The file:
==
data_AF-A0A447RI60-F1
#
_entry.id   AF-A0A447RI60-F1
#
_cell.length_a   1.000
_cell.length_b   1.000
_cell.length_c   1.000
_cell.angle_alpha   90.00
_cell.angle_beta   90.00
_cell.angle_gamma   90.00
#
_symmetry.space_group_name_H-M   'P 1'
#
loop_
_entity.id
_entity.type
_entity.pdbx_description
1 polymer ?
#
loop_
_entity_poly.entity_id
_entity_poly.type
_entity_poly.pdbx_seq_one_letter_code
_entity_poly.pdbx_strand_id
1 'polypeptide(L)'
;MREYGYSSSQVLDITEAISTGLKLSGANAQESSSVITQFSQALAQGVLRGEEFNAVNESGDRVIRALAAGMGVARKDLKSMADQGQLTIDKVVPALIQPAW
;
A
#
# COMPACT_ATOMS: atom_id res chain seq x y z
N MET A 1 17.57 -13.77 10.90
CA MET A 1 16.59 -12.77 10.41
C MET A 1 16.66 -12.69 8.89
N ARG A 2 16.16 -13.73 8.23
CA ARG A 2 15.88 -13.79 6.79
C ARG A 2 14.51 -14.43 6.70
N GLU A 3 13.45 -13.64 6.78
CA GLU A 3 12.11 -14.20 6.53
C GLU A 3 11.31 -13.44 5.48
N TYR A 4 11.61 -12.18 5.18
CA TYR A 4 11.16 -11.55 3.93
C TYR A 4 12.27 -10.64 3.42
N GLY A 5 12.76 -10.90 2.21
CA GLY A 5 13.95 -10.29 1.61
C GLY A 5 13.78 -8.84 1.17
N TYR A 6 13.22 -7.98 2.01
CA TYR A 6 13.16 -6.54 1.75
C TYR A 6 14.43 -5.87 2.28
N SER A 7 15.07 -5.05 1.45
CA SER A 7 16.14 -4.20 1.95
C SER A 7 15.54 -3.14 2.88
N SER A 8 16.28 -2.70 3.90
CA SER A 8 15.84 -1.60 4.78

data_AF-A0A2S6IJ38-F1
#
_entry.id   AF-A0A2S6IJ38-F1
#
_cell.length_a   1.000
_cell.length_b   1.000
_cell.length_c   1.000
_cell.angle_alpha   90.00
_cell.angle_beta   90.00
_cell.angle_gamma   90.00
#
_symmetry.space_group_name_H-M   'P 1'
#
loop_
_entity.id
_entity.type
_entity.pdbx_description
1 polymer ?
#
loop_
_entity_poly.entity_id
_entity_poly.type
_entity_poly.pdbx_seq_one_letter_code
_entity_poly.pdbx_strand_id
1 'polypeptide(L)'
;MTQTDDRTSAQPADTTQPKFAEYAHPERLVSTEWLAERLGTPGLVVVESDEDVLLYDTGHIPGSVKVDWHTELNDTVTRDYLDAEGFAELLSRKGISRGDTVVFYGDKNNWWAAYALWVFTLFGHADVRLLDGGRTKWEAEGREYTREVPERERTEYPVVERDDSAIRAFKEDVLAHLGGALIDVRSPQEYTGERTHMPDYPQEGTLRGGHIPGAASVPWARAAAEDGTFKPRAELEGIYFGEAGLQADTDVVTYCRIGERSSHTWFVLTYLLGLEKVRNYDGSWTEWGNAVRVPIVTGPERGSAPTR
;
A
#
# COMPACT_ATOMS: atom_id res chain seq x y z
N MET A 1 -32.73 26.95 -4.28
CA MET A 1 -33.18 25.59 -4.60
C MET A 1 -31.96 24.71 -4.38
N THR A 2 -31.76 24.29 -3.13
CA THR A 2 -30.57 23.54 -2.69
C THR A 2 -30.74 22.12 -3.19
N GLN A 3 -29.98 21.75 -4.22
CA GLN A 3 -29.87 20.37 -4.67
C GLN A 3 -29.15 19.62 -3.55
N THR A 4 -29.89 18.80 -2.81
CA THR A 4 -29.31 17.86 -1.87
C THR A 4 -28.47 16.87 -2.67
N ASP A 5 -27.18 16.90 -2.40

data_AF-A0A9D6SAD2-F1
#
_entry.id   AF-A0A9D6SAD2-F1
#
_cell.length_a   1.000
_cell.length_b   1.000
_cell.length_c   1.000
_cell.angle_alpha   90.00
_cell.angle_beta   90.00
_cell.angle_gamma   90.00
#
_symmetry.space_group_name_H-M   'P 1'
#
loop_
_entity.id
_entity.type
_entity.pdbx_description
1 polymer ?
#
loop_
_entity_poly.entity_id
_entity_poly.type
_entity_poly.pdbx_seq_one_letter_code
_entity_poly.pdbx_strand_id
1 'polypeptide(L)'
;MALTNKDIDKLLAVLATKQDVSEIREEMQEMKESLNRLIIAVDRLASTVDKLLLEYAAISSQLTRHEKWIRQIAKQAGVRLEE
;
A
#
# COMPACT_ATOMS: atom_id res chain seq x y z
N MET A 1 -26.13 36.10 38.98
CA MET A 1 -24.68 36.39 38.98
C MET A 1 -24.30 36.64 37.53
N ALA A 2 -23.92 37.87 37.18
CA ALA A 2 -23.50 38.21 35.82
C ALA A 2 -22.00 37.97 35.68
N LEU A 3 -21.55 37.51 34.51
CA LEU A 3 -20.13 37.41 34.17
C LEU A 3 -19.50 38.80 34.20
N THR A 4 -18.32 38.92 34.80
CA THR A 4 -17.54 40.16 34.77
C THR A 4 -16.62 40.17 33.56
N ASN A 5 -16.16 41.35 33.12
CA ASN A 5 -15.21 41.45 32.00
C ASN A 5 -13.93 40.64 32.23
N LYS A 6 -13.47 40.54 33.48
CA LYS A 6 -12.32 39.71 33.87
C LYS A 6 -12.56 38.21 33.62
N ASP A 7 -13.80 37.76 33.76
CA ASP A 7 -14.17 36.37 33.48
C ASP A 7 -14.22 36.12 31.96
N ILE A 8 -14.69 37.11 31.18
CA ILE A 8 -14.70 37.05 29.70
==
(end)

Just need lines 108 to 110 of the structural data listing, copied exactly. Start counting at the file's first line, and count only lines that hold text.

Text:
_symmetry.space_group_name_H-M   'P 1'
#
loop_